Clearly, in Tshepiso’s world, the ‘gaze’ is constantly in motion, going back and forth like Newton’s cradle. You can’t look away, you dig deeper and maybe find that one thing that resonates with your own self. It’s a two-way street. So that, when you stare at the image of a shirtless young man, pictured while sitting on a weathered sofa, looking straight into Tshepiso’s camera (and therefore straight at you), you cannot help but wonder who is watching whom. And whose story will finally be revealed.
Excerpts from the interview
You were introduced to photography by the ‘Of Soul and Joy’ initiative funded by Rubis Mécénat when you were in high school. What about the project attracted you the most?
Honestly, when I first was introduced to the ‘Of Soul and Joy’ project, I wasn’t really keen on photography. However, since I was doing visual arts at the time in high school, it made sense to join the project. Turns out I made a great choice by joining because I have somewhat found a family in the project. I realised that this medium of photography was made for me, because I am very vocal about my society, be it history or the landscape. And even though I was adding social commentary about my community with the images, I was not imposing my views on other people. I would like to think that is what the purpose of photography should be: let people interpret images and create layers and be a part of your story by engaging.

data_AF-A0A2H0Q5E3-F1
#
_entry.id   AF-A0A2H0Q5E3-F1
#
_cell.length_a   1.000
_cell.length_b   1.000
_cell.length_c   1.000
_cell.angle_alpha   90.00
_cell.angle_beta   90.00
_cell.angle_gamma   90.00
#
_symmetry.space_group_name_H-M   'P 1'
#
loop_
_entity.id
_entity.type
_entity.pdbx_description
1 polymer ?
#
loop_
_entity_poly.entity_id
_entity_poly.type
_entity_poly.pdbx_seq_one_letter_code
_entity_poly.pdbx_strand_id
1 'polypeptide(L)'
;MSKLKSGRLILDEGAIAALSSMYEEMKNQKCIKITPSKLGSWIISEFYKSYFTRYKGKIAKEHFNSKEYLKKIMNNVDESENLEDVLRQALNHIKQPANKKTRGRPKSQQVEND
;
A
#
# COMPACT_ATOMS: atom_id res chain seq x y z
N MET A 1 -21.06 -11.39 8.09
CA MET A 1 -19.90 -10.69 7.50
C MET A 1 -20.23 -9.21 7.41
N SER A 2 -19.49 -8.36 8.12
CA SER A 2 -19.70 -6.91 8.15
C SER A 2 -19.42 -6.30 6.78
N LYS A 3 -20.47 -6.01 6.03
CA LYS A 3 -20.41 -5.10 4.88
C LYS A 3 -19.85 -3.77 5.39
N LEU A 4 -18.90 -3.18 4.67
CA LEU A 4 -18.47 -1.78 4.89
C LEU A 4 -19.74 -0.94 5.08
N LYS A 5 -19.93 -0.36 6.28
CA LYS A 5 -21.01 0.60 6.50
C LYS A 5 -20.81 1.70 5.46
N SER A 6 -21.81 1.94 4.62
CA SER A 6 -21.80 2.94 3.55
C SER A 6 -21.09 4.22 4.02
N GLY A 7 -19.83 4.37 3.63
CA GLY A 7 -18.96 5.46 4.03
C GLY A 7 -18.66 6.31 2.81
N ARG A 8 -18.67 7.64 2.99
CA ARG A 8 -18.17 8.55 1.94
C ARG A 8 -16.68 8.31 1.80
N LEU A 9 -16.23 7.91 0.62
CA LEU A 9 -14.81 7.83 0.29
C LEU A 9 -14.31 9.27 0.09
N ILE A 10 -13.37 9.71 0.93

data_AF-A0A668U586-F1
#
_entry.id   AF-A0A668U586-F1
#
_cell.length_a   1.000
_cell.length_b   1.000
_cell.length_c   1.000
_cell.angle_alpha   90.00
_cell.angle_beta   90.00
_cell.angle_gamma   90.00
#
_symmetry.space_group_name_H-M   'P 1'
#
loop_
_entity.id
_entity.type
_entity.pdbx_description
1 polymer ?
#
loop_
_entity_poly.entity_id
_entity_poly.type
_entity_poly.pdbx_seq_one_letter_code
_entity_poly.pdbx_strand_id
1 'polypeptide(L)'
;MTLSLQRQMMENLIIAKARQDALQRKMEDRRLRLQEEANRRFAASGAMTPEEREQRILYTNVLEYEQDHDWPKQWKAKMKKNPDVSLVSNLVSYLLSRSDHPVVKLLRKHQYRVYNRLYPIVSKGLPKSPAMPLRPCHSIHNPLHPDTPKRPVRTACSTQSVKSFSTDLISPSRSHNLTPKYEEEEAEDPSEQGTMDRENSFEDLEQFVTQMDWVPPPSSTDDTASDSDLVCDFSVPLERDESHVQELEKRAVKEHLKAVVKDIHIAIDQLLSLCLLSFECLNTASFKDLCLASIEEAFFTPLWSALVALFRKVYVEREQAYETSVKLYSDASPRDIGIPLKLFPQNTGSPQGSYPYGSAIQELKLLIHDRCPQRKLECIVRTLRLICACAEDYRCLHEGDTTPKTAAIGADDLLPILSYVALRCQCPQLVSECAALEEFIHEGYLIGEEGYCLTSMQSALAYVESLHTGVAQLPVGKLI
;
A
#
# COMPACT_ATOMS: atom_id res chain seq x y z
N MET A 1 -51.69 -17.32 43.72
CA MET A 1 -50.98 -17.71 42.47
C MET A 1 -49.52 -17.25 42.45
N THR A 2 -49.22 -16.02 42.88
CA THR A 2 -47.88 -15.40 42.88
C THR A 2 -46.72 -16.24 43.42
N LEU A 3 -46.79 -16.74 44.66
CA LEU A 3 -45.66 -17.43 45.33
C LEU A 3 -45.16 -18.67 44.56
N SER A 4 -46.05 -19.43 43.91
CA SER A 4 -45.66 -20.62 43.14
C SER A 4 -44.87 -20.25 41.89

Through your work, you get to meet people at their most vulnerable – where they allow you to invade their most private spaces. How do you then navigate the dynamics of power, trust and control that comes with such interactions?
I don’t think the people I photograph are vulnerable. Of course it a sacred experience that I am a part of: being in people’s spaces, private spaces for that matter … I have often observed that I might have the superpower of being a fly on the wall. I get along with people really well. Sometimes it gets awkward, and I choose to portray the awkwardness or whatever emotion I am feeling. I just go with the flow.
There is a story embedded in almost all your photographs. Although they might share similar contexts, they are still different every time. What do you personally look for in an image when capturing it?